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How to hire a software automation tester

Hiring the right person for the right role is a wonderful way to grow the team and their capabilities, but the process many times falls apart and results in additional expense, wasted time, and poor team results. 

So, what considerations would we recommend you make when hiring for a software QA role? Let’s dive right into it!

 

What Software QA is and isn’t

Let’s first begin with a quick discussion on what software quality assurance is and what it is not. The reason for this is because for some organizations the definition of software QA differs, and the type of person that each organization recruits for these roles differ, and that’s an issue because it leads to a disconnect between what the candidate’s expectations and their roles and responsibilities once hired. Equally, there’s a very large disconnect between the candidate’s short-term and long-term career goals and the organization’s ability to meet those career goals with a well-defined promotion path.  So, when these communication gaps come together it results in the wrong person being in the wrong role.

 

What Software QA isn’t

Software quality assurance is not a junior developer role. Let me just reiterate that one more time. People who are software quality assurance team members are not Junior Developers.  Their career goals aren’t too at one point become a developer, and then a senior developer, lastly followed by manager or architect. That’s not the path that lies before many in a quality assurance world. Does it happen? Yeah! Absolutely it happens but that doesn’t mean that it should happen or that everyone in quality assurance is striving to become a developer one day.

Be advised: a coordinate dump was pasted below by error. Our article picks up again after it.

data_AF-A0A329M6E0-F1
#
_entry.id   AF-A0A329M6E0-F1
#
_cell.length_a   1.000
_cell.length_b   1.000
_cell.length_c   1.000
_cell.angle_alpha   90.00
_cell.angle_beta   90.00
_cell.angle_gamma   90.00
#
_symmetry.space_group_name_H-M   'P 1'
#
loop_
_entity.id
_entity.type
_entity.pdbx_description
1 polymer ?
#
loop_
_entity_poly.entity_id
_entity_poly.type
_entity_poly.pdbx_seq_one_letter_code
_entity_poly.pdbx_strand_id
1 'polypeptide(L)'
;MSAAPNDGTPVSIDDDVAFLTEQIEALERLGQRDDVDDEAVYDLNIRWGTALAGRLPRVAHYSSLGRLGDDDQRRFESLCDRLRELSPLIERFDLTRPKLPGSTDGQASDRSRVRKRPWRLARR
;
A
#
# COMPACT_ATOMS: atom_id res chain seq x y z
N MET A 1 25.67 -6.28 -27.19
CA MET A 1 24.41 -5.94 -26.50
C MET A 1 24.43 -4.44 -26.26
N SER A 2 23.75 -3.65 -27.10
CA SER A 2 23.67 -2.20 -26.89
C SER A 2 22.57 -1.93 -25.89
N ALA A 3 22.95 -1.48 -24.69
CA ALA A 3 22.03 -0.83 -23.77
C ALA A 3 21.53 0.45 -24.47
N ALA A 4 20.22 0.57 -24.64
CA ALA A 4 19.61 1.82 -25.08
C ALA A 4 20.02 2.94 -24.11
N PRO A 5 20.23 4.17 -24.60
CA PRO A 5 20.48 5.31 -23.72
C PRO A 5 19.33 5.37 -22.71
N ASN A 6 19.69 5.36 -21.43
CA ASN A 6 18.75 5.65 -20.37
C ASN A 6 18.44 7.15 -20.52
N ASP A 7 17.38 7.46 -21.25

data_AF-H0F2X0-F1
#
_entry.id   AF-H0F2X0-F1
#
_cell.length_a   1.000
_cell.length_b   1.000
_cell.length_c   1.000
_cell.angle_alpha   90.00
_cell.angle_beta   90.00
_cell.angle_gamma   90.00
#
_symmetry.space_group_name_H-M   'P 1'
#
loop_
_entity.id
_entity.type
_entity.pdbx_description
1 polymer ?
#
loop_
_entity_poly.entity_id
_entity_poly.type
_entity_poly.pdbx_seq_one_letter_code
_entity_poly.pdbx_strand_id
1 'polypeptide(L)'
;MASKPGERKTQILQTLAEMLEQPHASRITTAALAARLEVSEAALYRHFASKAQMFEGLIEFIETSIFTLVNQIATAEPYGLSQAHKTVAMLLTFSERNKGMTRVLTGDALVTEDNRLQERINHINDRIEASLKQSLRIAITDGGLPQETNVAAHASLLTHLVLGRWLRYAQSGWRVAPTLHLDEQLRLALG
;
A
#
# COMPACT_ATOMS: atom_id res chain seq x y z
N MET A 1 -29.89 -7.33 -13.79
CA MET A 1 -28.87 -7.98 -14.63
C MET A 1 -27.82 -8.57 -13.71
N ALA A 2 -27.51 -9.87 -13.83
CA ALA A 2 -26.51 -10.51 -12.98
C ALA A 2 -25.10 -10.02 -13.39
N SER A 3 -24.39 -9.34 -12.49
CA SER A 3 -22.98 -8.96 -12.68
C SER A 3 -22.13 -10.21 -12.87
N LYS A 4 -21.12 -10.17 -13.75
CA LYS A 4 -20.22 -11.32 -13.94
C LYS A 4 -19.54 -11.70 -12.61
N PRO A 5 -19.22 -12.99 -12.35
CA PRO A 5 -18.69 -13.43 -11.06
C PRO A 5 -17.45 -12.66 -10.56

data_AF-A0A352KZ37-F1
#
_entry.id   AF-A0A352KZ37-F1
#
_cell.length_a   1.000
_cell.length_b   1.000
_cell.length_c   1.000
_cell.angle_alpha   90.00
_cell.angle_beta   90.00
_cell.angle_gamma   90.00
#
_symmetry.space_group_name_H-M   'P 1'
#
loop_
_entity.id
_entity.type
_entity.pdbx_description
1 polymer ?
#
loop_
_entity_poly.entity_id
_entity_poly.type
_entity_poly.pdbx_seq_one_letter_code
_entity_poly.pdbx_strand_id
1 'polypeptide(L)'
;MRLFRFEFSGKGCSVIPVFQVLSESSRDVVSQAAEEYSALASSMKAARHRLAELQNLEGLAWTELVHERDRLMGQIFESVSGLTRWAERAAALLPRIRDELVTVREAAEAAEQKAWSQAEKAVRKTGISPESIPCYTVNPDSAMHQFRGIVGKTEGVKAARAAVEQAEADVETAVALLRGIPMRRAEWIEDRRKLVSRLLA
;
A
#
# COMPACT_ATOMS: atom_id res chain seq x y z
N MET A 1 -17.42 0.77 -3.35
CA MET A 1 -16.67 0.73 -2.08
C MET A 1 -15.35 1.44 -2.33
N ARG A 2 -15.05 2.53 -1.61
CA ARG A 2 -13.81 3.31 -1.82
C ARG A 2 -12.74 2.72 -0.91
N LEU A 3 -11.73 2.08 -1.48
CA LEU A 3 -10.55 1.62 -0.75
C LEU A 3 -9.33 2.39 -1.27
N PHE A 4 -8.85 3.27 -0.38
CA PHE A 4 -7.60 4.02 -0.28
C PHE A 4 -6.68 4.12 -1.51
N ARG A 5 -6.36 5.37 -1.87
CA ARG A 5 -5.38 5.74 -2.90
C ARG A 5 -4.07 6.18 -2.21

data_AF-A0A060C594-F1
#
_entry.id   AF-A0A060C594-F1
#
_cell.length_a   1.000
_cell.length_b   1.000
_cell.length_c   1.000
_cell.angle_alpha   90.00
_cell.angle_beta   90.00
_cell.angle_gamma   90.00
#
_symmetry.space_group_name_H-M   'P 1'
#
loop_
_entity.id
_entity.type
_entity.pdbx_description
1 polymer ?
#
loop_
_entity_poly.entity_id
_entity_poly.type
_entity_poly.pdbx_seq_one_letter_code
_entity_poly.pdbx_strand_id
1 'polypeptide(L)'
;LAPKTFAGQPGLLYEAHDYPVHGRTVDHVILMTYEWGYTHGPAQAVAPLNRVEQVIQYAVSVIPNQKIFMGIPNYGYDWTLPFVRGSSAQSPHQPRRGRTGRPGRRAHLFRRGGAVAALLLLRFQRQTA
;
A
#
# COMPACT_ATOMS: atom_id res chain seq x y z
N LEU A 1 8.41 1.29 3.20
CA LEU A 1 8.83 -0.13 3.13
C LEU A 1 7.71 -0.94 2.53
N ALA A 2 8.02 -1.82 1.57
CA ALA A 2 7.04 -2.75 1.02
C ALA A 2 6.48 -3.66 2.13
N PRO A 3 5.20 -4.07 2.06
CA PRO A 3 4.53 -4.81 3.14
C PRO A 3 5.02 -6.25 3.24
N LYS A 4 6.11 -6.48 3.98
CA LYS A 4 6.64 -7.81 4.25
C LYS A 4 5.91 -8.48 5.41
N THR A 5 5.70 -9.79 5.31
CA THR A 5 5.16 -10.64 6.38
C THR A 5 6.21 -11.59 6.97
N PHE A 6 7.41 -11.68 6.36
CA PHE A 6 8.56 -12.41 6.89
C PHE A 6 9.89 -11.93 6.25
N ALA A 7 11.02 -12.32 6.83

What software QA pros are:

Software quality assurance professionals are experts in understanding how to test code and how to build features that are scalable, user-friendly, properly documented and validated, and able to perform under increasing customer demands. 

Sometimes, yes! It’s the software quality assurance professional will choose to become a software engineer or software developer, however many in the field choose to embrace the quality assurance aspect of their role and build upon a career within QA.

From our perspective we prefer this type of person, we want to see that someone is an absolute expert in testing software. This way we’re able to provide our clients with an incredibly experienced QA team who has spent their entire career mastering software testing rather than getting bogged down in side projects -all of which can happen with reoccurring frequency should a client choose an internal hire.